MFE 230GEquity&CurrencyMarkets Michael Melvin Head of Currency Research Barclays Global Investors firstname.lastname@example.org 415-908-7635
LECTURE 1: Section 1 Overview of the FX Market
What is foreign exchange and where is the market? • Foreign exchange refers to bank deposits denominated in foreign currency and banknotes • Prices are exchange rates expressed like EURUSD • EUR is “base” currency, USD is “term” currency • This is the dollar price of 1 euro, like 1.4650 • Global market with 24-hour trading • No physical location, telephone and electronic trading • A decentralized dealership market
What is traded & where?(BIS Triennial Survey) • London the biggest market (34%), followed by New York (17%) and Zurich, Tokyo, & Singapore (6%) • Still a USD world
LECTURE 1: Section 2 The Case for Active Currency Management
Why Alpha Exists in Currency Markets: Participants • Profit Oriented Participants • Look to profit from exchange rate changes • Currency overlay managers • Hedge funds • Liquidity Oriented Participants • Access market to fund international transactions • Tourists • Corporates financing payables & receivables or hedging • Central banks intervening, providing liquidity, or managing volatility as a policy tool • Global investors in fixed income & equities (hedging or not) • Dealers are 3rd party intermediaries between liquidity providers and liquidity takers • If the other two parties did not trade or could trade directly, there would be no dealers • Dealers charge bid-ask spread for providing intermediation services • Dealers manage risk by passing their positions to others • Profit-oriented traders will take their positions for a price
Where does the alpha come from? • Liquidity-oriented pay a premium to induce profit-oriented to trade • Generates systematic returns for profit-oriented who provide liquidity • Successful profit-oriented firms: • are good forecasters • anticipate flows generated by liquidity takers • central bank policy making & associated trades • global investor trades in equity & fixed income • exploit information asymmetries & have trade execution advantages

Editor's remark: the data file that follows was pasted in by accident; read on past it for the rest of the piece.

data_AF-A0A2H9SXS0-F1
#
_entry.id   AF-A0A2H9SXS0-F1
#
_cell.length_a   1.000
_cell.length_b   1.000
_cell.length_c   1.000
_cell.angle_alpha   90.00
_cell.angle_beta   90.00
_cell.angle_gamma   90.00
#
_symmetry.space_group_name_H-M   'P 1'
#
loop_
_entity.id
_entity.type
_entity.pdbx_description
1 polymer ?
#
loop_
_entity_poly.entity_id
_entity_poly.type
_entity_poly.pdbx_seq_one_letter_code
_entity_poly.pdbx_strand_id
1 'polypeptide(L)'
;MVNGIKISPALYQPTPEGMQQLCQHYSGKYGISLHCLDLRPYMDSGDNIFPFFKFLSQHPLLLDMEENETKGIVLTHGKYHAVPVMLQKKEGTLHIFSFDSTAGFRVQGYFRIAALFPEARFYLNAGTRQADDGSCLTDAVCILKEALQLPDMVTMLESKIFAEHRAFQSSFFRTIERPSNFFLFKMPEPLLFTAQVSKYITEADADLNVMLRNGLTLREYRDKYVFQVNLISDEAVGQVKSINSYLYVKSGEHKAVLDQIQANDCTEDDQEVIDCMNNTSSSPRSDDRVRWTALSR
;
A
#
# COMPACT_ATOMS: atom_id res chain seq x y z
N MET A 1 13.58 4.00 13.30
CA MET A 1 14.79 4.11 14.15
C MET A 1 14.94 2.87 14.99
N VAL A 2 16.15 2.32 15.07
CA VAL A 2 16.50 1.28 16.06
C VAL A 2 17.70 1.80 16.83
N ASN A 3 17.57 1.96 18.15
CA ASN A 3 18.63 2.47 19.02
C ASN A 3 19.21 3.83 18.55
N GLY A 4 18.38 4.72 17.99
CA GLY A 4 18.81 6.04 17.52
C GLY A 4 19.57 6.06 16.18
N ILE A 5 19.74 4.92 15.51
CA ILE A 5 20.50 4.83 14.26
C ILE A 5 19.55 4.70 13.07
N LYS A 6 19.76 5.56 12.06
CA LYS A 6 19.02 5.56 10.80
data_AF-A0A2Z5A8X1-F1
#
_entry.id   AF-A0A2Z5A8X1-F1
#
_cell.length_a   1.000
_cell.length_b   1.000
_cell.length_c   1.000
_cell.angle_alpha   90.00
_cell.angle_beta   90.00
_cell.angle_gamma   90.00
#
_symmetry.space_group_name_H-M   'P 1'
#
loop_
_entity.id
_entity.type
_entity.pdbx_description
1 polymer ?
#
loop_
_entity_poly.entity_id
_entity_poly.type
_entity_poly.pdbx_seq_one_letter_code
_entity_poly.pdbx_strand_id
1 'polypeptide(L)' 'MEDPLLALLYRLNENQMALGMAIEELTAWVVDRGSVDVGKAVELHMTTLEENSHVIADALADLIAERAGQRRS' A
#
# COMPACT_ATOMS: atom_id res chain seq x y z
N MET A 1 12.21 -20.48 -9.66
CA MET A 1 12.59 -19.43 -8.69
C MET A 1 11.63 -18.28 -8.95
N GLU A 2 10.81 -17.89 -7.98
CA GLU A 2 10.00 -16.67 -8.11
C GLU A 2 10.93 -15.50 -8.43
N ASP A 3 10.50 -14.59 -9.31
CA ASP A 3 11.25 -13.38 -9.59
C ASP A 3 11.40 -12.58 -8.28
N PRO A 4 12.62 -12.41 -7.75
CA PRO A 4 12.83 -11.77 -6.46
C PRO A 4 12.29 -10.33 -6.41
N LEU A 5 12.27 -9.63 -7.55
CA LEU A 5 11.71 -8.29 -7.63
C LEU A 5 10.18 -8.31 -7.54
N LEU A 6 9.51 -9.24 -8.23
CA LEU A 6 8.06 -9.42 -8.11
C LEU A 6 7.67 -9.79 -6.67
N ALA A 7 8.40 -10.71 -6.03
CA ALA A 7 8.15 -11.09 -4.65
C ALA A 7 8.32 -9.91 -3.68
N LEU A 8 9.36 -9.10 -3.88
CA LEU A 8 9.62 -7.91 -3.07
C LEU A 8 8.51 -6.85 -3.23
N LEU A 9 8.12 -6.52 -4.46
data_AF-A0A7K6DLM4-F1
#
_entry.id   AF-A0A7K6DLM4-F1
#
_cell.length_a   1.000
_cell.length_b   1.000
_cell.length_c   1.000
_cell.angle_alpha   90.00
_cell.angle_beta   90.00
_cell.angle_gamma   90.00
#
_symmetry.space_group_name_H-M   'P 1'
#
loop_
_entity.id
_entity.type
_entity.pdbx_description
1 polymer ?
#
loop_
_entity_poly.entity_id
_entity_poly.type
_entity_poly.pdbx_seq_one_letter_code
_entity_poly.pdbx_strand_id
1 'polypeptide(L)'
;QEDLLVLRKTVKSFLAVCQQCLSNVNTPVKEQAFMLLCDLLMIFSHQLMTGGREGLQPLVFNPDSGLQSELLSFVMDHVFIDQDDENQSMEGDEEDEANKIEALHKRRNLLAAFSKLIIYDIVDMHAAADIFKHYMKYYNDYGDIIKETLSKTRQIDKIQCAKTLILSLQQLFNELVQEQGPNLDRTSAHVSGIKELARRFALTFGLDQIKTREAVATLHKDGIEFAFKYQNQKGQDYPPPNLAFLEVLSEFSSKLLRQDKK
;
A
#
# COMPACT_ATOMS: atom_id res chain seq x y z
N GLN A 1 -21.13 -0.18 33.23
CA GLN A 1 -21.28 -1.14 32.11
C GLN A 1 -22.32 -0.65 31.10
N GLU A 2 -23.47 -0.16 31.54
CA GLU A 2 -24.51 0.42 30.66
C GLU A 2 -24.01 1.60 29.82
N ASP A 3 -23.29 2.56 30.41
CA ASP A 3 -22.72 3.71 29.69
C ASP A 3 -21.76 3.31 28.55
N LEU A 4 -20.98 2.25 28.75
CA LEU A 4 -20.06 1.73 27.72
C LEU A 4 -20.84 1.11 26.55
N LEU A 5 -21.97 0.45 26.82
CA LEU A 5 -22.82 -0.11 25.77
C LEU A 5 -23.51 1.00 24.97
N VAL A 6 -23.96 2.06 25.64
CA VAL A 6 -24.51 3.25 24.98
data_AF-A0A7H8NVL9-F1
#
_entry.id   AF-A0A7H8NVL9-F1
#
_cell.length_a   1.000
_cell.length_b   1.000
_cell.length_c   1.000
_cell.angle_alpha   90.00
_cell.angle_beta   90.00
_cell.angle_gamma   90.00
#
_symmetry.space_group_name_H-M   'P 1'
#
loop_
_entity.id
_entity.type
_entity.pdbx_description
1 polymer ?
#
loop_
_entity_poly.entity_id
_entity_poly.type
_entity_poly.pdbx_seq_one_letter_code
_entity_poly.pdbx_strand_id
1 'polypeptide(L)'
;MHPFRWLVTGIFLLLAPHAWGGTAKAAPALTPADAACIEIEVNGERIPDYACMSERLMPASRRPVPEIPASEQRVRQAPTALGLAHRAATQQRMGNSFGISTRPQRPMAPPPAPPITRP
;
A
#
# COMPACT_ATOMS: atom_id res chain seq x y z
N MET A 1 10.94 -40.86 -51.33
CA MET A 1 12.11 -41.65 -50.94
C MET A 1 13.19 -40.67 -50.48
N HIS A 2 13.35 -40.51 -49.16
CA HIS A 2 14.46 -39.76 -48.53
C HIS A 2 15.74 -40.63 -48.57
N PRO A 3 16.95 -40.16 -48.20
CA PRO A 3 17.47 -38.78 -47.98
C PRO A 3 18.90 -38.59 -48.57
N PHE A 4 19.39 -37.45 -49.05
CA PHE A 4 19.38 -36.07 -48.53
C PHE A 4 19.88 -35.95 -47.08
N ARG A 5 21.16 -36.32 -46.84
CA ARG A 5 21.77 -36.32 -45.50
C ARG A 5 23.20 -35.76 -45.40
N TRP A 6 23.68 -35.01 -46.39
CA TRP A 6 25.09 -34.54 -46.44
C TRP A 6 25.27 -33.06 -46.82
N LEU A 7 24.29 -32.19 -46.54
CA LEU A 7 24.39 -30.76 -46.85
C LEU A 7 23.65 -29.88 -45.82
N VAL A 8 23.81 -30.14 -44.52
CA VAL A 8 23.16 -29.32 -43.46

Market Structure of Participants: Detail • Reporting dealers • Interbank, intermediary flows • Down from 1992,69% to 2007, 43% • Other financial institutions • Small non-dealer banks, mutual funds, pension funds, hedge funds, currency overlay funds, money market funds, insurance cos, etc • Up from 1992, 13% to 2007, 40% • Non-financial customers • Corporates and governments • Steady from 1992, 18% to 2007, 17% • Total market size up from 1992, $840B to 2007, $3,081B
How big is the liquidity-oriented share of the market? • Must make informed guess, as an OTC market with no marketwide data • Lower bound: the 17% of non-financial customers • + some fraction of the other financial institutions • DB estimates that 40% of FX turnover can be attributed to buying/selling goods, services, or other financial assets ($1,200B a day) • implies 23% attributed to non-dealer financial customers • What about other 60% of turnover? • Includes loans, currency hedging, and speculative trades (profit oriented traders) • DB estimates that about half of this is loan and hedging-related and half profit-oriented speculative trading • Implies 70% of FX turnover is liquidity-oriented • Appears to be consistent opportunity for profit-oriented